Economic sanctions targeted at individual wrongdoers can be a potent weapon in the fight against global corruption. The United States’ 2016 Global Magnitsky Human Rights Accountability Act (GMA) authorizes the President to impose targeted sanctions on corrupt foreign officials and their associates. And the GMA has had successes in deterring corruption: As earlier posts on this blog have highlighted, the GMA has prompted countries to strengthen their anticorruption laws and has prompted businesses to cut ties with corrupt individuals. Yet despite these successes, Magnitsky sanctions remain a relatively underused anticorruption tool. The U.S. Treasury Department’s Office of Foreign Asset Control (OFAC) has only sanctioned around 200 people as part of its Magnitsky programs, and most of these individuals have been sanctioned for human rights abuses rather than corruption per se.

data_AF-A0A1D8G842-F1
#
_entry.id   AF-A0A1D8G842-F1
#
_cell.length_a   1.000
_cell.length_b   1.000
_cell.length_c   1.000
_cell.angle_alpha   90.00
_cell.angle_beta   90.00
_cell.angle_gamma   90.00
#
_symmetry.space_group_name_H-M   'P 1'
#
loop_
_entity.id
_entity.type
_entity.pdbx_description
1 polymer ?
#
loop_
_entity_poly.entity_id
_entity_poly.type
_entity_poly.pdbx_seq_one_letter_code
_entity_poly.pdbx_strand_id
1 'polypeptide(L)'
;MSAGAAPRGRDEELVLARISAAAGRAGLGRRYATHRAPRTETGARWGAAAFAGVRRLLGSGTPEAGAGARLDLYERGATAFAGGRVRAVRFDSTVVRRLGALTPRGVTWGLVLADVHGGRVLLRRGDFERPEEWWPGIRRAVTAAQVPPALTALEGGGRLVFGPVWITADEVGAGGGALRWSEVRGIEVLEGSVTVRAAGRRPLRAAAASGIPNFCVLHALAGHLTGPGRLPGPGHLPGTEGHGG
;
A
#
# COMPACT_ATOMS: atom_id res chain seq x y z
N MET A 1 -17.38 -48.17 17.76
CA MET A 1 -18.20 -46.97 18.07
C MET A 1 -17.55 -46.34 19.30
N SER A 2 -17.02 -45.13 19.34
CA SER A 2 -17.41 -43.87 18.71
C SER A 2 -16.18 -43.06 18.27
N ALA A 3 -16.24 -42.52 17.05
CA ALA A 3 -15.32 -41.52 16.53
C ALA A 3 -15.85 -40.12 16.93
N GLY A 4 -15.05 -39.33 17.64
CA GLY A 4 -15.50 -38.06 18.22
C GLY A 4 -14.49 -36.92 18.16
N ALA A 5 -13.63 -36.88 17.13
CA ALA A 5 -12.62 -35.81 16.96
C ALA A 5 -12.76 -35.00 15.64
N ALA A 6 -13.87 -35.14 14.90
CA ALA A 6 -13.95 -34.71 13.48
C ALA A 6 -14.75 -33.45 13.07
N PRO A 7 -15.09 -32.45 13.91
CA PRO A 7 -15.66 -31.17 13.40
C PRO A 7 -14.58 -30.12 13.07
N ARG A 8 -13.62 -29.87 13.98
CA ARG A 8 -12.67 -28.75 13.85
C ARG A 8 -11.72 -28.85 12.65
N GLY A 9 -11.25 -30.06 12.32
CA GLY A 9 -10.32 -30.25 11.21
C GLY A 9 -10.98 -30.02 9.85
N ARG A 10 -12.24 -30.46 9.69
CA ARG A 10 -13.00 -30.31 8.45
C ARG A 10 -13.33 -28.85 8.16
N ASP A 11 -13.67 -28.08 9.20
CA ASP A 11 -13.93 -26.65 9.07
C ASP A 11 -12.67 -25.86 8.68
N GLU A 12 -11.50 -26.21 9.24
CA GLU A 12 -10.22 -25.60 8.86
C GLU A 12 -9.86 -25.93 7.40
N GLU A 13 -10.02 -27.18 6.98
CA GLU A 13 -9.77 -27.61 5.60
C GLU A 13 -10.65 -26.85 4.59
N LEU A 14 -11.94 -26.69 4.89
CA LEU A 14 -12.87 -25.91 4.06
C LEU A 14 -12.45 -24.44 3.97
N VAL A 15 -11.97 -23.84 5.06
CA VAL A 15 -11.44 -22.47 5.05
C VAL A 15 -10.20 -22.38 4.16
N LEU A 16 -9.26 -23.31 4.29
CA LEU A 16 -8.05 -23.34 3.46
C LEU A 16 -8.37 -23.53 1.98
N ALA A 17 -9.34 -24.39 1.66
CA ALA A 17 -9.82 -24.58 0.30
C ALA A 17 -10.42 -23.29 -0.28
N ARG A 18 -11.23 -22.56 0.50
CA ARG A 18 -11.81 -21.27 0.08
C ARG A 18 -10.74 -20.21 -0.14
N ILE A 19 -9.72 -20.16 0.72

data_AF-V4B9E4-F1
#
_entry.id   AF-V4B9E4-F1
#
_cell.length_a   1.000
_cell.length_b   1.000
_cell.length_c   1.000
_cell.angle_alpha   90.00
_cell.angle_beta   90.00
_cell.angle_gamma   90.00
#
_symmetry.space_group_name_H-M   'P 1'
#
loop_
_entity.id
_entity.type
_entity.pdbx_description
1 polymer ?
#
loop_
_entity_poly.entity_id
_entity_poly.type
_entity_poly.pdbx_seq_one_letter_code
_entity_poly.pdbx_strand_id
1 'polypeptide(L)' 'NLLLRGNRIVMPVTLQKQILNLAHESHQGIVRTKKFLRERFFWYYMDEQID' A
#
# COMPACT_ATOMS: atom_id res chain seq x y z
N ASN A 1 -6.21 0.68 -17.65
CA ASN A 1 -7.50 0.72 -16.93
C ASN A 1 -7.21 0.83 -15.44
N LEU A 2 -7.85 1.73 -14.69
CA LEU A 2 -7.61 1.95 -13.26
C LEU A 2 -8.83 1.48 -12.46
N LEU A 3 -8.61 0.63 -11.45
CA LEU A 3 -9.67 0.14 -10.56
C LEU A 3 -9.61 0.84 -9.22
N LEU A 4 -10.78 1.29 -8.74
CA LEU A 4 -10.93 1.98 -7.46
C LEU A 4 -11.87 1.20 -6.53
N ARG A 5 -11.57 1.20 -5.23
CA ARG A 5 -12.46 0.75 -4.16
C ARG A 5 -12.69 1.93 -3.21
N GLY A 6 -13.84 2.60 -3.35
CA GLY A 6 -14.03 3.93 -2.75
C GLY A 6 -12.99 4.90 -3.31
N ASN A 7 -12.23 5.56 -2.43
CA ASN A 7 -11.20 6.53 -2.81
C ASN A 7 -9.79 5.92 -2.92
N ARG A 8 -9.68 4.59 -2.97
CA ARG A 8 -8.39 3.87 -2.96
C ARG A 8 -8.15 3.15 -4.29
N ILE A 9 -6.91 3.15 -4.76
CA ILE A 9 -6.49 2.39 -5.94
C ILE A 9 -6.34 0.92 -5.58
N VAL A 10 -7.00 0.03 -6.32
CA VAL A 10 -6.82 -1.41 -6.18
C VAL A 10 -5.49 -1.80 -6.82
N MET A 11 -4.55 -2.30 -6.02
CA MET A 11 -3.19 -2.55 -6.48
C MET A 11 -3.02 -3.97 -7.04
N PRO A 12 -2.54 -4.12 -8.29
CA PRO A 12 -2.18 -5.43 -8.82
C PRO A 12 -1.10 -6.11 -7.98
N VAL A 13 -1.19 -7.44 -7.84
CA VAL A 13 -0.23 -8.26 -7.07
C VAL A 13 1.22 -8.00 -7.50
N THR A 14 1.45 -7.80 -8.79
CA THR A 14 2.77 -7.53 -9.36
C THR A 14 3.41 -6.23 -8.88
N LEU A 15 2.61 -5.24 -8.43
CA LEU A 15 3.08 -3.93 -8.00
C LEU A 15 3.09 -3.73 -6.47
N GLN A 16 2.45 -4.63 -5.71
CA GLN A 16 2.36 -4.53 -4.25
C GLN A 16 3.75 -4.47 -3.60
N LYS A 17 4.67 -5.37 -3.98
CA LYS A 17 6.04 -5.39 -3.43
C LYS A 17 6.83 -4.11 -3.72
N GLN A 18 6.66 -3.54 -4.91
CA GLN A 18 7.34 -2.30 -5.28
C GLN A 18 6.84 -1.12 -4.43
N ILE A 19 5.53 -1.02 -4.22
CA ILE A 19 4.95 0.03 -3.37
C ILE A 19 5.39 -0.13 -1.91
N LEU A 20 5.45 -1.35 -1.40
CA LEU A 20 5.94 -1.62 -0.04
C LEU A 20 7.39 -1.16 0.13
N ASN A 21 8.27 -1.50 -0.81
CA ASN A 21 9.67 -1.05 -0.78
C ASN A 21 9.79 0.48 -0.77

GMA sanctions can and should be scaled up by an order of magnitude, with a greater focus on targeting corrupt actors. The U.S. should be imposing GMA sanctions on several thousand people, not just a couple hundred. As the Biden Administration has recognized, global corruption increasingly threatens national and international security. In light of this, the Administration should use the GMA to impose sanctions on not only the most egregious of kleptocrats but those who engage in more modest—but still significant—forms of corruption. Continue reading